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Bello seeks approval of grant to expand mental health intervention program 

click to enlarge Monroe County Executive Adam Bello. - FILE PHOTO
  • FILE PHOTO
  • Monroe County Executive Adam Bello.
A federal grant will allow the county to expand its Forensic Intervention Team, a mental health intervention program, so that it operates around the clock.

The Forensic Intervention Team pairs county mental health clinicians with police officers responding to calls in which a person is experiencing a crisis. The county has received a $653,199 US Department of Justice Grant to make the intervention team a 24-hours-a-day initiative. He’s submitted a measure seeking acceptance of the grant to the County Legislature, which will consider it during a meeting Tuesday.

In September, Bello announced his administration's plans to expand the Forensic Intervention Team into an around-the-clock operation. The county was to put up $360,000 toward the initiative, which was also counting on $300,000 that city officials had designated for FIT or to bolster its own programs to provide a non-law enforcement response to mental health calls.

The city ultimately chose to use its funds in house, stalling the Forensic Intervention Team expansion.

In his legislation, Bello notes that the federal grant will close that gap and then some. The funding is for the period from Oct. 1 through Sept. 30, 2023, and it will be used to increase staffing for the Forensic Intervention Team so it can cover the overnight hours. During a news conference last week, Bello said the funding “can actually be used to support a 24-7 operation of FIT out into the coming years.”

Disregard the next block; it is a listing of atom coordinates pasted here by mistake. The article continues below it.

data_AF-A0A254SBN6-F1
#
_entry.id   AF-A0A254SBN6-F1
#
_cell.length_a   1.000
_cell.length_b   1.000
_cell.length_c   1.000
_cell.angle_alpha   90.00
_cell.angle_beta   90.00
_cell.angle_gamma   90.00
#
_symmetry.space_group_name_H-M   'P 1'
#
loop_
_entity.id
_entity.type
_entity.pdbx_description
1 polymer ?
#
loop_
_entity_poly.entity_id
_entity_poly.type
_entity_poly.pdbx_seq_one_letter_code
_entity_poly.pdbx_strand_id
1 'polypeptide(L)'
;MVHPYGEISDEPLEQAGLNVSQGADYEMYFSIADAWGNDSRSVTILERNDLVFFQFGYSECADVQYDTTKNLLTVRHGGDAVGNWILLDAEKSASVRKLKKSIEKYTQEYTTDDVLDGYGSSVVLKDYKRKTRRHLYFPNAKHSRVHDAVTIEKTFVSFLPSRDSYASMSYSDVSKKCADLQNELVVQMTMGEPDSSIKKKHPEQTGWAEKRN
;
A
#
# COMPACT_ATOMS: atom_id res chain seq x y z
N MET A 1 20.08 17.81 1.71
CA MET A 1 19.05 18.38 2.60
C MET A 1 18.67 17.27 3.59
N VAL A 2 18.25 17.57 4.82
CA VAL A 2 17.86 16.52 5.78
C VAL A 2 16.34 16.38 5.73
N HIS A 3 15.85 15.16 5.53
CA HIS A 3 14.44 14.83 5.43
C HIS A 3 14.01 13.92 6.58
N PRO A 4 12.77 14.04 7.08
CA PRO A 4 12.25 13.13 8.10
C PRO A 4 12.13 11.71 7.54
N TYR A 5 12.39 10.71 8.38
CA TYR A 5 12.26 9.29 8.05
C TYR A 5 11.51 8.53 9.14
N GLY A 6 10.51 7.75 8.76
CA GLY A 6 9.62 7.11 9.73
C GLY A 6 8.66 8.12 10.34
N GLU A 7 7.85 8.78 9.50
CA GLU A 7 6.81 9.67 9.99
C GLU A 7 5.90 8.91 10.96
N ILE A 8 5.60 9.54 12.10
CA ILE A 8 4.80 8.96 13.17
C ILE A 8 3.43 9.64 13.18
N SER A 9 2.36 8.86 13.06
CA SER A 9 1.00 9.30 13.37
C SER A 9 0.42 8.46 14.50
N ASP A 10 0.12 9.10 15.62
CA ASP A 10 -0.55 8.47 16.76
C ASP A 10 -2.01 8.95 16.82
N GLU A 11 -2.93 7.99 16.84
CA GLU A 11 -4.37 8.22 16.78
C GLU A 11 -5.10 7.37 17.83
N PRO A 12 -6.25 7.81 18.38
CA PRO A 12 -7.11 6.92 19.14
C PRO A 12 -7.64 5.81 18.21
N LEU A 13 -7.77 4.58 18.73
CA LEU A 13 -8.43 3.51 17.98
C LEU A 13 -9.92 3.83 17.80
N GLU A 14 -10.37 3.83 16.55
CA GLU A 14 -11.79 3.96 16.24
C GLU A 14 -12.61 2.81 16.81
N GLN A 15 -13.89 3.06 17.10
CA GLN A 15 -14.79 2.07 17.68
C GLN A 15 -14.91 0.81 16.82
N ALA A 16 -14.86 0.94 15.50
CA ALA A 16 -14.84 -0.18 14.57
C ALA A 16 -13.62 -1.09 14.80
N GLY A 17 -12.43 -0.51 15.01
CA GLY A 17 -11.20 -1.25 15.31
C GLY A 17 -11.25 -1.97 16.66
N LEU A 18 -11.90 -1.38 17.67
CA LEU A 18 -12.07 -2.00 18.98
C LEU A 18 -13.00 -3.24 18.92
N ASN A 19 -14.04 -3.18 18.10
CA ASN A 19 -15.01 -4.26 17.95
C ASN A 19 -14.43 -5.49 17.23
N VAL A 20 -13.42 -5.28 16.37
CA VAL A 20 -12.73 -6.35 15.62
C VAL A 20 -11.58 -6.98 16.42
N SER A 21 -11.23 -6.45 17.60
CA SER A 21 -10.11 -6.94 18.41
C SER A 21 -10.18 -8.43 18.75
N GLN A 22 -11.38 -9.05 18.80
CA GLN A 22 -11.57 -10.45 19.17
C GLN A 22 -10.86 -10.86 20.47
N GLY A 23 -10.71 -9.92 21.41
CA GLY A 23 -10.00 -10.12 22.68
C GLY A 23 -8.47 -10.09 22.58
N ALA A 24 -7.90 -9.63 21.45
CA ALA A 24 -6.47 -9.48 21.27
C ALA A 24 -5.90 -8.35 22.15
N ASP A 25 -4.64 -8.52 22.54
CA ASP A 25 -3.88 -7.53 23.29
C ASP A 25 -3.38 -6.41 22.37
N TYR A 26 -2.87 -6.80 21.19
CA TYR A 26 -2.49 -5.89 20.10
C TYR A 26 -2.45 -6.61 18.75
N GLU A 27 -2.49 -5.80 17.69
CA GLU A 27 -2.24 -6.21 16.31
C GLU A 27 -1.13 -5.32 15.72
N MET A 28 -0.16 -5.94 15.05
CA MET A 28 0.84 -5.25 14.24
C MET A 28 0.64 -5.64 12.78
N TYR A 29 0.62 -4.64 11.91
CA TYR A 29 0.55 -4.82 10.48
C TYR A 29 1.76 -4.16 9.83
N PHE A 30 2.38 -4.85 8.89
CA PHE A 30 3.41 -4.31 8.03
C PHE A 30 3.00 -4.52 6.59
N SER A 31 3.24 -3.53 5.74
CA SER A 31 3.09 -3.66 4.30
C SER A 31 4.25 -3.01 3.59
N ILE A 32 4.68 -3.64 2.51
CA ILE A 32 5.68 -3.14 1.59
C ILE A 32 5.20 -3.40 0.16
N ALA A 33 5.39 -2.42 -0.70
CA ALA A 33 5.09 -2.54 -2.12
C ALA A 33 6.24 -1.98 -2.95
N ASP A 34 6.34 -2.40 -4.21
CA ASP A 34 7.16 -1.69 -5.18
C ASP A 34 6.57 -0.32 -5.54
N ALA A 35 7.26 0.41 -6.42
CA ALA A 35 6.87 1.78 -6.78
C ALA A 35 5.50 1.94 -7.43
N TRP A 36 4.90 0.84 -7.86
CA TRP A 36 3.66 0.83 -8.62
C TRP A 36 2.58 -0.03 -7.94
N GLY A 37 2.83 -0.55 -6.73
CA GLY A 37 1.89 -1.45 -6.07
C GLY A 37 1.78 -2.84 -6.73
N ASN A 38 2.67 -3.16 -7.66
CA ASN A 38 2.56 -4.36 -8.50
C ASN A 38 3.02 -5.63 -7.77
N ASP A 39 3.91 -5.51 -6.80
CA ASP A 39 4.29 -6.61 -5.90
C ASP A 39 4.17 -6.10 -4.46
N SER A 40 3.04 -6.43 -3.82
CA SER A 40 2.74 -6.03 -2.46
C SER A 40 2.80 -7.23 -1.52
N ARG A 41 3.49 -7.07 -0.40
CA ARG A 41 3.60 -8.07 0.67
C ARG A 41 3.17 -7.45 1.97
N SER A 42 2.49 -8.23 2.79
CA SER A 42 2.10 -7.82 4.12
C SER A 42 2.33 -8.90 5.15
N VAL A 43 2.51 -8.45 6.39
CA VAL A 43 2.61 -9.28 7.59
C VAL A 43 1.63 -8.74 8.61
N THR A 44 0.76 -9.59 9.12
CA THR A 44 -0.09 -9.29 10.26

Bello first announced his plans to expand the Forensic Intervention Team after the death of Daniel Prude at the hands of Rochester Police Department officers was made public on September 2.

In the early morning hours of March 23, Prude was standing in the middle of Jefferson Ave. naked and in clear mental distress when he was first approached by an officer. The officer ordered Prude to the ground and handcuffed him but as minutes passed, Prude became agitated. He lost consciousness and suffocated as three officers restrained him and was transported by ambulance to Strong Memorial Hospital, where he died a week later.

In late September, Kimberly Butler resigned from her position as chief of clinical and forensic services for the Monroe County Office of Mental Health after an e-mail surfaced in which she shared psychiatric information about Prude with a Rochester police official. Butler was supervisor of the Forensic Intervention Team.

Bello said last week that he wants to fill that position before hiring a new team of people for the FIT.

“That position’s been posted, that decision will be made in just the next couple of weeks, but in the meantime we’re going to be utilizing other resources to stand it up 24-7 in the short term,” Bello said. “And then we can figure out, with our new leader of the program, how to use and leverage that new $600,000 grant that we got to make it even better and to be able to sustain this long-term.”

Jeremy Moule is CITY's news editor. He can be reached at jmoule@rochester-citynews.com.

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